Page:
4. You can reuse modules and libraries, and manage the dependencies among them.

  5. Registration of classes implementing extension points is now simpler and more consistent; it’s based on the standard @Component annotation instead of declarations in portal.properties or portlet.xml. Note, previous registration mechanisms have been preserved where possible. See the Breaking Changes article to examine where extensions and configurations that have not kept backwards compatibility.

  6. Third party extensions and applications are now first-class citizens. Traditional plugins had some limitations that developments done in the core (or done as Ext Plugins) did not have. Modules don’t have these limitations and are much more powerful than plugins ever were.

  7. Complete integration of Liferay specific tools (such as Service Builder) within Maven and Gradle. Additionally we’ve adopted some new tools such as Bnd.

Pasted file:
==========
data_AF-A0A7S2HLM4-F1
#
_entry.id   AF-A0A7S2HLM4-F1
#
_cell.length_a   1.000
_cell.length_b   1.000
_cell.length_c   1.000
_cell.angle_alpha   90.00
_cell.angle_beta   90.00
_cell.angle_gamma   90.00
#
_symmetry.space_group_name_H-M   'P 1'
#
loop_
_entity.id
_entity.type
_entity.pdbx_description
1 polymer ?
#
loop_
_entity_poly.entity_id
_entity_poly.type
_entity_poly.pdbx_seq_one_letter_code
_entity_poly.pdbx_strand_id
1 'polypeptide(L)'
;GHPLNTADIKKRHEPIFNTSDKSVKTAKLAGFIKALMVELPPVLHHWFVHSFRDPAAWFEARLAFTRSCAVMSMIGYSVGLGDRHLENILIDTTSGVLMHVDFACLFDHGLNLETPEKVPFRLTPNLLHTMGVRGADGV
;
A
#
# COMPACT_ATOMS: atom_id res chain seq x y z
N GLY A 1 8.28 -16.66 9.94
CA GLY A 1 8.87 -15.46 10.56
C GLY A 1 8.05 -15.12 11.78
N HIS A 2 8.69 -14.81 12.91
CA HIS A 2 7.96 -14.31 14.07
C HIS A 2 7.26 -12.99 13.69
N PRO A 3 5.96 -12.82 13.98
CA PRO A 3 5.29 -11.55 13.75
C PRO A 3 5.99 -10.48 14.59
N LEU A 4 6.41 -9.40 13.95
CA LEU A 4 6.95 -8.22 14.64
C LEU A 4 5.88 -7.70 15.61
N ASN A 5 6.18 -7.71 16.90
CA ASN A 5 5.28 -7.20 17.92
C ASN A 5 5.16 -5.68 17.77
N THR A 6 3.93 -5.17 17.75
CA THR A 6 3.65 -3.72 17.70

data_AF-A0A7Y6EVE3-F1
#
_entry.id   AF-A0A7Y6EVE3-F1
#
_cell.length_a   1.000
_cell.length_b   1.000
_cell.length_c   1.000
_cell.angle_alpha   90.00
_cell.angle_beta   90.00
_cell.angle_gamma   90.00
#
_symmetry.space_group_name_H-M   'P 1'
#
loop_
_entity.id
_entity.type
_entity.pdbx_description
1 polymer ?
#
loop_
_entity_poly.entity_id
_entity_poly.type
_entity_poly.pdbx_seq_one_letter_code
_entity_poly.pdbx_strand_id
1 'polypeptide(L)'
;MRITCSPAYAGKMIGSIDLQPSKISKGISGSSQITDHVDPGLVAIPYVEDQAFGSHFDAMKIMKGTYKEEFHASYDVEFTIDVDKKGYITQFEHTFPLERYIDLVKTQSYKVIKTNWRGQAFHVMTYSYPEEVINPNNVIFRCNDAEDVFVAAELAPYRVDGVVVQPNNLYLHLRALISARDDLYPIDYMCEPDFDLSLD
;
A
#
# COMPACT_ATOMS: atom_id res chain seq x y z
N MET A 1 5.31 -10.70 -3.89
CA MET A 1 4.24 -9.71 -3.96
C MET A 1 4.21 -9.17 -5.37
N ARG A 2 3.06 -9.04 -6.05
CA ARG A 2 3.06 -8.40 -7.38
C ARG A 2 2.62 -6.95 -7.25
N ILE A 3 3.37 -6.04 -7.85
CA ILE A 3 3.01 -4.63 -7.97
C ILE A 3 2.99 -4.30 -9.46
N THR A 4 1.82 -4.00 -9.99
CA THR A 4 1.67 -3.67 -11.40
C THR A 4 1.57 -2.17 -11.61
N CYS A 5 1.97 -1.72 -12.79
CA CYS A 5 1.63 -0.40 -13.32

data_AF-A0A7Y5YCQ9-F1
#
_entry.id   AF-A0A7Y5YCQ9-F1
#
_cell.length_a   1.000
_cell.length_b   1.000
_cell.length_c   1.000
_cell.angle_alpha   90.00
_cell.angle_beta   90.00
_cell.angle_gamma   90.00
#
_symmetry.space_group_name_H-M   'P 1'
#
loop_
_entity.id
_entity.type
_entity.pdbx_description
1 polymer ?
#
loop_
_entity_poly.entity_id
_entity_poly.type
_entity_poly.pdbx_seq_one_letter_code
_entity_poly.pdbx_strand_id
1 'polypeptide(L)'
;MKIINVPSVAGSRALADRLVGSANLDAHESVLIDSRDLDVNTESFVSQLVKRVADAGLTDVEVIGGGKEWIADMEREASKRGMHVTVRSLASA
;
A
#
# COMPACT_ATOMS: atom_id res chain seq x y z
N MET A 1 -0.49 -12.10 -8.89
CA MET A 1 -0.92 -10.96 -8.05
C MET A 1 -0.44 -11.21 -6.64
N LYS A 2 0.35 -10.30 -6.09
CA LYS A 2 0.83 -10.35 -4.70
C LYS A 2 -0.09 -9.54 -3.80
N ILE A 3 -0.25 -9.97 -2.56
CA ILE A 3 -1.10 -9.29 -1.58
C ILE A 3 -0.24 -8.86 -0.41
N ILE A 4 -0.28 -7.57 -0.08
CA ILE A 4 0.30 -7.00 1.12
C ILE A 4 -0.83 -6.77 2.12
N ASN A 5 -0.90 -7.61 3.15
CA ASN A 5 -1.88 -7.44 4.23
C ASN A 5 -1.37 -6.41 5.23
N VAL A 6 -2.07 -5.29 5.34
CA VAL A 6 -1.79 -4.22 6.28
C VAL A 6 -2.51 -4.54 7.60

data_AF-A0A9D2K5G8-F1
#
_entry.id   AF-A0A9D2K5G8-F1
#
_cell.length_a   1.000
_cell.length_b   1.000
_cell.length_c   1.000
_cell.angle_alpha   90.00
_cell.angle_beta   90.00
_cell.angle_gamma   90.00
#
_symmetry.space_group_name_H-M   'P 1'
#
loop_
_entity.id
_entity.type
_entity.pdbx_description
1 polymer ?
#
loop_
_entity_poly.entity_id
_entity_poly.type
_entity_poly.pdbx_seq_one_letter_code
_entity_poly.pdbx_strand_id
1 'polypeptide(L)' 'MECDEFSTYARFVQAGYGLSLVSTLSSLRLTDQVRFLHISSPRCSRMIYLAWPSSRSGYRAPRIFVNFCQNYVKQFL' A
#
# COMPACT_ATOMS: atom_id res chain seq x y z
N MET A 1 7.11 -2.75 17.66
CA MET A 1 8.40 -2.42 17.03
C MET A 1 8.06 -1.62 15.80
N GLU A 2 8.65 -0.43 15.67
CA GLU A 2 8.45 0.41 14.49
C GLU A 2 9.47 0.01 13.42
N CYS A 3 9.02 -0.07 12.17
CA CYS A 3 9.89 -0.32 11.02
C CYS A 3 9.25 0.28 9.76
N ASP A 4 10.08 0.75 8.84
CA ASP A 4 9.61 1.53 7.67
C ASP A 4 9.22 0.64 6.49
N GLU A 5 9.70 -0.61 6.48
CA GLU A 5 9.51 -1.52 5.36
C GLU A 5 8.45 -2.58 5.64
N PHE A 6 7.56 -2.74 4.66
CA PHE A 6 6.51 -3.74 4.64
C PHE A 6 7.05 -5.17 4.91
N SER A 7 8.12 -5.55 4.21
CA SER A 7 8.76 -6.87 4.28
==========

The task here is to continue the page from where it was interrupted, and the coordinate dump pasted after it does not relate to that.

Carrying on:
Since the modularization of the Liferay web application is the change most relevant to you as a developer, let’s dig deeper into that change and how it affects Liferay’s architecture.

Embracing a Modular Architecture

The largest improvement in Liferay’s architecture is the adoption of a modular development paradigm. Within each Liferay module (or group of modules that form an app), as well as within what remains as Liferay’s core, the existing great characteristics of previous versions of Liferay prevail.

Tiered Architecture

Liferay Portal 6’s architecture diagrams often focused on the tiers for the frontend, services layer (for the business logic), and persistence layer (mostly auto-generated by Service Builder). These layers still exist and have been embraced throughout the modularization effort.

Figure 1: Liferay Portal 6s architecture, shown in this figure, is still generally valid in Liferay DXP 7.0.

Figure 1: Liferay Portal 6's architecture, shown in this figure, is still generally valid in Liferay DXP 7.0.

The most significant change (and improvement) over this architecture is that the portal is no longer a single large Java EE Web Application. Liferay has been broken down into many modules to benefit from the Modular Development Paradigm. Those benefits are described in the next section. The modules are often grouped into apps (such as Wiki or Message Boards) and the main apps are grouped into suites (such as Web Experience, Collaboration, and Forms & Workflow).

Modular Architecture

The figure below represents Liferay DXP 7.0’s architecture from a structural perspective.